Welcome back to The Rotation! Here's a look at five topics shaping the week ahead in Major League Baseball.

1. Exit for Alex

The singular, star-crossed, complicated, sometimes-comical, often-controversial and altogether fascinating playing career of Alex Rodriguez comes to an end Friday night in the Bronx.

A-Rod has looked himself in the mirror (this time, without giving himself a smooch), come to peace with the reality that his sagging bat and unplayable glove are no longer assets, even in the American League. He's taken Hal Steinbrenner's hint that maybe it's time to focus instead on the more durable asset that is his baseball brain and how it can be used to benefit a Yankees team in transition.

But first, for Rodriguez, whose love of the game itself was never in doubt even in his darkest moments, there are a few more games to play… maybe.

What we can say with reasonable certainty is that A-Rod will be involved in some way, shape or form in his Friday finale against the Rays. Joe Girardi hinted Sunday that he might even start A-Rod in the field, for old time's sake. And if the Yanks want to have a little fun with this, they ought to finally let him be their starting shortstop.

Come Saturday -- and really, more accurately, next Spring Training -- A-Rod begins his new role as the Yankees' most overpaid non-uniformed employee since Assistant to the Traveling Secretary George Costanza. Should anyone ever utter the phrase "advice is cheap" in your presence again, just remember that the 2017 Yankees are going to be paying the last $21 million of the A-Rod megadeal (the one that arose out of his famously timed opt-out during the 2007 World Series) while he provides his input.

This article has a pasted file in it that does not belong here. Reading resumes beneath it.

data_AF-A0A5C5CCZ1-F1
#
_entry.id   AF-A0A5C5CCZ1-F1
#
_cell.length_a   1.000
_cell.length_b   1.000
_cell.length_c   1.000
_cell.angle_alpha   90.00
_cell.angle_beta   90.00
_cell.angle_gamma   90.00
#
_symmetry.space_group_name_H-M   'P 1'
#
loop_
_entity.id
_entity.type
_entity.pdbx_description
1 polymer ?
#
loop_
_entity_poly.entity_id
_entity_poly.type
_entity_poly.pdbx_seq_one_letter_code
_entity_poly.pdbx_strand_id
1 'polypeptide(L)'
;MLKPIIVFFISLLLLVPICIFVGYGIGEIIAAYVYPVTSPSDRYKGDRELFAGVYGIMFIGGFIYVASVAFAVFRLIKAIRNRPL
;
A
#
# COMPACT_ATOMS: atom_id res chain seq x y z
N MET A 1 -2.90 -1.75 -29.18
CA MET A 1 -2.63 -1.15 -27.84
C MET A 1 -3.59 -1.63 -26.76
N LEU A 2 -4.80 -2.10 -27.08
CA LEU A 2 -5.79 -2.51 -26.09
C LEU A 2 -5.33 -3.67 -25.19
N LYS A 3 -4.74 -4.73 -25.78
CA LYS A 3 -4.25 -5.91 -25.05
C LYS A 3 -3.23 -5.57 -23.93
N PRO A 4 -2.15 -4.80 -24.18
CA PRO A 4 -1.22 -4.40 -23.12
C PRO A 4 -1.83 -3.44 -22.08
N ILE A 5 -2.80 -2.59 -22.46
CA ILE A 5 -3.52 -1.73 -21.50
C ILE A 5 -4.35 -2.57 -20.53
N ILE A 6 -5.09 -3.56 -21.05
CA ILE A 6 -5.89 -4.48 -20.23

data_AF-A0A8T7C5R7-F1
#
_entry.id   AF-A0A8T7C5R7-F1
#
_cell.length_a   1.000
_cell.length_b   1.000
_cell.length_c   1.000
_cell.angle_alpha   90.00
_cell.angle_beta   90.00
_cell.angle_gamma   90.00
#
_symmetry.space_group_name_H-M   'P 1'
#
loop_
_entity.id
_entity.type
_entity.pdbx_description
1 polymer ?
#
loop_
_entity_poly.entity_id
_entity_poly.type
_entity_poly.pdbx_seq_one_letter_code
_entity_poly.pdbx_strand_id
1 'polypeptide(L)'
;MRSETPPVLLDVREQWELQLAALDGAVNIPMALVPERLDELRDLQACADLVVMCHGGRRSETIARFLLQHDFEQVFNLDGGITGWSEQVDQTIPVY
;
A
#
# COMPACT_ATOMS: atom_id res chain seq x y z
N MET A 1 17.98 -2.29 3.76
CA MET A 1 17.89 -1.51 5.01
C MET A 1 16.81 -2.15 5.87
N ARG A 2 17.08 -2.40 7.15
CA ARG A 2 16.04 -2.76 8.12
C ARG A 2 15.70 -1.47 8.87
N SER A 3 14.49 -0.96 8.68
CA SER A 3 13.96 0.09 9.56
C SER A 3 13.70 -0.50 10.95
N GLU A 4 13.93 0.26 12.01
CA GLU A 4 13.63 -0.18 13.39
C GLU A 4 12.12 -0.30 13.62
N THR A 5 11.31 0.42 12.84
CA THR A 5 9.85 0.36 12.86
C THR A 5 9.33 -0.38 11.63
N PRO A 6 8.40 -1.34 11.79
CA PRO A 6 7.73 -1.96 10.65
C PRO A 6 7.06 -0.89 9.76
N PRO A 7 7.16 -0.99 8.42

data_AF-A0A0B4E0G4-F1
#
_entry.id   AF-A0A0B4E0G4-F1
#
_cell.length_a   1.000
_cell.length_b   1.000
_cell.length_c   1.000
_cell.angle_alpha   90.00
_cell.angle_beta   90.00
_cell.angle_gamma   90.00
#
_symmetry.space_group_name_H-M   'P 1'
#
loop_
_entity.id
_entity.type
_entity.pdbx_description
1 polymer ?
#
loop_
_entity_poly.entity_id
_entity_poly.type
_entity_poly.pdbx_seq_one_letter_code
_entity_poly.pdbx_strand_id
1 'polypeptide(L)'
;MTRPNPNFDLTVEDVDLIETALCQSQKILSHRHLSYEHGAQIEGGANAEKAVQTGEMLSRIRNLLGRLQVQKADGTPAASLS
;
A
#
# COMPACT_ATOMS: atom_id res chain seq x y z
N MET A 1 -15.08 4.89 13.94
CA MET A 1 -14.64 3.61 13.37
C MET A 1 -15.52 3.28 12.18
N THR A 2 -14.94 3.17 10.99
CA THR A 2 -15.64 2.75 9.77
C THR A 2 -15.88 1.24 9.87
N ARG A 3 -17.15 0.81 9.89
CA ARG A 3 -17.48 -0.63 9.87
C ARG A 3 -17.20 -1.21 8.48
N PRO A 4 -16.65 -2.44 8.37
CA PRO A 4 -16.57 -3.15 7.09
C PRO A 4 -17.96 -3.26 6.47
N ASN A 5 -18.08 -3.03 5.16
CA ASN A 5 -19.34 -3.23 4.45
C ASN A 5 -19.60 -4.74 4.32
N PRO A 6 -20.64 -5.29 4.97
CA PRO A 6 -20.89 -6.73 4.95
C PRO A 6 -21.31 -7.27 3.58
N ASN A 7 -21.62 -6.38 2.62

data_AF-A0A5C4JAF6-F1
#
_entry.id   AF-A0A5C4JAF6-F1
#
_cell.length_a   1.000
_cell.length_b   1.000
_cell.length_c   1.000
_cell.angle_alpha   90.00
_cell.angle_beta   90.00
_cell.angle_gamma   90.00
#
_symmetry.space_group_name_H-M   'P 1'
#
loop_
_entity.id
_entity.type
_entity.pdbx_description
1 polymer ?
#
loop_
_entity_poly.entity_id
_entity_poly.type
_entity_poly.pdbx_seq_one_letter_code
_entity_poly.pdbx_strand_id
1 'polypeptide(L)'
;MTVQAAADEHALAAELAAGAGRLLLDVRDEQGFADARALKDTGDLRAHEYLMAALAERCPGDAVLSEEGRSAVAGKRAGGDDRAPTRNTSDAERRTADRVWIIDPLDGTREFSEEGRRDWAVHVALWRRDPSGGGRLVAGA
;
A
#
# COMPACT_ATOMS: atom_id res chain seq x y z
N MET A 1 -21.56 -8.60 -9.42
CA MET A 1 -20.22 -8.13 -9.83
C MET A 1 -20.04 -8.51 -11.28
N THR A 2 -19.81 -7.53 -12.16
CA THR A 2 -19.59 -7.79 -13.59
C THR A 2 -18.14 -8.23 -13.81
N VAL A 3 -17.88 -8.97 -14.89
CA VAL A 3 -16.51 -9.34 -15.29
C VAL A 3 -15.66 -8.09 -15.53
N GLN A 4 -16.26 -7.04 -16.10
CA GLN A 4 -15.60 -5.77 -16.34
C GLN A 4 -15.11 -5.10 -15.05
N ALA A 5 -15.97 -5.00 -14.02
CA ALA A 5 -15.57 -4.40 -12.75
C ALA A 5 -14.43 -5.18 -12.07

It's good work if you can get it.

2. No more from '04

Never miss an opportunity to feel old. Here's a new one: A-Rod is retiring at the end of the week, David Ortiz at the end of the season. That will leave us with zero active big leaguers who participated in that epic 2004 American League Championship Series between the Yankees and Red Sox.

The only qualifier to this claim is that Bronson Arroyo is not technically retired yet. He did try to mount a post-Tommy John comeback with the Nats this spring, only to hit a shoulder snag that relegated him to more rehab. And following Pearl Jam's Fenway Park performances over the weekend, here's a stat for you:

• 2016 Bronson Arroyo appearances with the Nats' Rookie League team: 2
• 2016 Bronson Arroyo appearances singing "Black" with Ed Vedder: 1

So if anything can be gleaned from that trend (Arroyo hasn't pitched in a game since early July), it really is the end of an era, folks. The game's most revered rivalry is a shadow of what it once was, with the colorful characters of postseasons past having faded into the -- Pearl Jam reference alert -- rearview mirror.

If only you could shove away Father Time the way Jason Varitek once shoved A-Rod.

3. Vintage Verlander